• Use a slower speed when drilling large holes. Some of our drill presses have size/speed guides under the belt cover; refer to those to choose the best speed.
    • Be sure the drill press is stopped before removing the work-piece, or clearing chips or cuttings.

Manual and parts list for our floor drill press.


The jointer is used to create one milled, flat surface on unmilled or rough milled wood. It is usually the first machine that will meet wood, and it creates the one milled face which most of the other wood milling operations require. The jointer creates the milled face in reference to the fence, which is generally perpendicular to the cut. The piece runs over the jointer from right to left and cutting occurs on the underside of the piece. The jointer has two tables: the right table is the infeed table and the left table is the outfeed table. Between infeed and outfeed is a rotating drum with cutting blades that performs the actual milling operation; this drum spins in a clockwise direction. Infeed must be set lower than outfeed for cutting to occur, and the amount of wood milled away in each pass is controlled by the height of the infeed table.

  • Safe use
    • Kickback can occur. Before beginning operation, ensure that there is no one standing to the right of the jointer, in line with the piece being jointed.
    • Secure the fence.
    • Ensure that infeed table is set to less than 1/32" depth.
    • Do not joint any lumber less than 12" in length.
    • Use push sticks for narrow stock.
    • Use paddles for thin stock (particularly stock that is too thin to engage the safety cover on the jointer.
    • Make sure wood is free of metal and other foreign materials and has been brushed clean of dirt. Do not run sanded pieces through the jointer. Dirt or sanding grit embedded in wood can damage the jointer blades and put the machine out of commission until the blades can be resharpened.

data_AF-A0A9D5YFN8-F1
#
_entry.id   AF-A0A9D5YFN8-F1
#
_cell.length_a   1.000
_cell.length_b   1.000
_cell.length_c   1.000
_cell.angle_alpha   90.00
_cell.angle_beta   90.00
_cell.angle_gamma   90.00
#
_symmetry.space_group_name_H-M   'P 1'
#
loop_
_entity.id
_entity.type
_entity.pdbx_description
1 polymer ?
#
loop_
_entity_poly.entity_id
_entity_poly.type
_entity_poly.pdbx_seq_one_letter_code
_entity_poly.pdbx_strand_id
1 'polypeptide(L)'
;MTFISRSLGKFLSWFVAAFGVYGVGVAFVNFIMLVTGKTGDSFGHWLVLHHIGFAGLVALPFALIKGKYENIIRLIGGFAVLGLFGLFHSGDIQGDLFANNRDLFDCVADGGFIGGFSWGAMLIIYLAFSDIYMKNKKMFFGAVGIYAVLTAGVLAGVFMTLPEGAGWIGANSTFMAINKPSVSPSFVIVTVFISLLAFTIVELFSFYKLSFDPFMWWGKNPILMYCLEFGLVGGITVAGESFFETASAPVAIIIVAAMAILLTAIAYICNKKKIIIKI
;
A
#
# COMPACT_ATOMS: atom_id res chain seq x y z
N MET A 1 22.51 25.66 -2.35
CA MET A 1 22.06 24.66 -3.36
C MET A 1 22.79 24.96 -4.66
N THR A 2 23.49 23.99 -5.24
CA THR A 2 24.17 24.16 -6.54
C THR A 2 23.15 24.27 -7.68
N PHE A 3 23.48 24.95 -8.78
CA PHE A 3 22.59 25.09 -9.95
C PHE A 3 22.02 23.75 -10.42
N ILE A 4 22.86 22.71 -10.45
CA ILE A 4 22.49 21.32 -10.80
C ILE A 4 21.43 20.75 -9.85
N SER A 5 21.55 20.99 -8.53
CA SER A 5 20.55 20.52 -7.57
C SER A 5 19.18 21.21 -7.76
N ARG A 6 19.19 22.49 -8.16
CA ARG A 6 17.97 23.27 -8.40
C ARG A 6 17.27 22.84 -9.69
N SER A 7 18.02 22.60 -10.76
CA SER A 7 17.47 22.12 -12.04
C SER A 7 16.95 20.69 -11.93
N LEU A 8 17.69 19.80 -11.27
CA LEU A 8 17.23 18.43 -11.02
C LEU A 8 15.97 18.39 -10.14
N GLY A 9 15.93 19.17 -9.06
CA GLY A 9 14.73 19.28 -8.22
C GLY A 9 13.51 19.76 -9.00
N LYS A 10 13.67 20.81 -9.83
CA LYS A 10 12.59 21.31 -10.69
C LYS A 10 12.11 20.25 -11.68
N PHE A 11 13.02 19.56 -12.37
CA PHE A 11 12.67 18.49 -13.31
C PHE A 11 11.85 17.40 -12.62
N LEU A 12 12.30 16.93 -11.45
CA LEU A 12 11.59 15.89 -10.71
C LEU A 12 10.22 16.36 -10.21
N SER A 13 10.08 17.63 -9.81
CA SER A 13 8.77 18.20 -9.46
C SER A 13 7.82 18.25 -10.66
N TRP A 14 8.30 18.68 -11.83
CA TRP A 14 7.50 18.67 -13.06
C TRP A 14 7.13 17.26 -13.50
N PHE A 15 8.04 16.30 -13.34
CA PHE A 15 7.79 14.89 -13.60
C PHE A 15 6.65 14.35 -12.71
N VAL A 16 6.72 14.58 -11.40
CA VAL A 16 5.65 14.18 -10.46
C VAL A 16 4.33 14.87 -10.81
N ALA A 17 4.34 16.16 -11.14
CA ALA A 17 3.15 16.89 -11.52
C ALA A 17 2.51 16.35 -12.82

• Effective use
    • Check angle between fence and table before each major operation. Even minor deviations will become amplified in the course of subsequent milling operations.
    • Run wood through the jointer in the direction of the grain to prevent tearouts. (Particularly for coniferous woods and ring porous woods)
    • Do multiple light passes rather than one single major pass.
    • Apply pressure selectively over a board to reduce the number of passes needed.
    • Hand planing with a block plane to remove very high spots may reduce loss of wood from jointing.
    • When dealing with a warped piece of wood, set it concave side down, start in the middle of the board and work towards the ends. This way you are always cutting towards the "high point", and you'll avoid chipping and tearing

Manual and parts list for our jointer.

Thickness Planer

Like the jointer, the thickness planer uses a powered rotating drum fitted with cutting blades to remove wood from a board surface.

Commonly, the thickness planer is used to produce a second flat, milled surface, on the opposite side of a board, parallel to the surface previously produced with the jointer.

The planer uses motor-driven rollers to move material underneath the cutter head at either of two speeds (delivering 96 or 179 cuts per inch to the material). The drum rotates to produce cuts from the front (infeed) toward the back (outfeed) side of the planer.

  • Safe use
    • The planer is particularly loud. Use hearing protection.
    • Keep hands away from the underside of the cutter head carriage.
    • Never plane material which is shorter than 12 inches.

Manual and parts diagram 1 and 2 for our thickness planer.

woodworking/other_tools.txt · Last modified: 2015/09/10 18:02 by jbill